A new model of refugee support built for Afghans is adapting to support Ukrainians

DURHAM, New Hampshire, August 15 (Reuters) – As of July, Dmitry Vorobiova, 39, his partner Olena, 36, and their dog have been living with 64-year-old Michael Glover, a software engineer who had extra space in his six- bedroom house after the death of his wife.

Strangers before, Glover and the Ukrainian couple have established a quiet routine together in the three-story home in their small eastern New Hampshire town: Dmitry and Glover go for an evening jog and the two Glovers occasionally cook grilled chicken for dinner.

Glover’s home — now a safe haven for the couple who fled their home in Kharkiv, Ukraine — is part of a local “sponsorship circle,” a program launched last year to help evacuated Afghans following the US military’s chaotic withdrawal recently expanded to help Ukrainians flee the Russian invasion of their country.

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The program, created by a coalition of nonprofit organizations in partnership with the U.S. Department of State, enables any group of five or more single adults to assist in the temporary resettlement of a refugee in the United States, a task traditionally undertaken by a handful of well-established resettlement agencies.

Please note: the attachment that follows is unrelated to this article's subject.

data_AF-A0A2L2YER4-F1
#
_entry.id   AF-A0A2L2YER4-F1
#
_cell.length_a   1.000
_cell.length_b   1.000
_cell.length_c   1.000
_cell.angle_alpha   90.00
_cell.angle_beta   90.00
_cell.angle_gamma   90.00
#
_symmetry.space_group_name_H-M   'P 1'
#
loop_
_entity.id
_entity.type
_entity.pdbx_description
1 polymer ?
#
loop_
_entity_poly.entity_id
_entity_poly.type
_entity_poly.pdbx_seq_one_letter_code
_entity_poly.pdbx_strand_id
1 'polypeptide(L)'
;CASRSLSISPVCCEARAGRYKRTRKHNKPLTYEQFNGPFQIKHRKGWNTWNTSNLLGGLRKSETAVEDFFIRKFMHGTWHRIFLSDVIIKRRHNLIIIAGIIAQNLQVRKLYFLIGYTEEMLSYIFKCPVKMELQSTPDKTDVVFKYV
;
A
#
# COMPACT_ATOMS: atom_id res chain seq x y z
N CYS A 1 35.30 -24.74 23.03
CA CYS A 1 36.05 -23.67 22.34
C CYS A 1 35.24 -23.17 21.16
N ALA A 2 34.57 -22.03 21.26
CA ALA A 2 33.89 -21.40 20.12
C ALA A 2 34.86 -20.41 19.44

The effort is still small. Sponsorship circles like the one Glover is part of have so far supported the arrival of about 600 Afghans and just 20 Ukrainians, according to Sarah Krause, director of the Community Sponsorship Hub in New York City, which leads the national initiative. Another Hub employee said another 40 Ukrainians are currently being processed to receive assistance.

Democratic US President Joe Biden’s administration wants to involve local communities in helping refugees after former President Donald Trump’s previous Republican administration cut refugee intake to the lowest level in modern history and shut down a third of resettlement agencies . Continue reading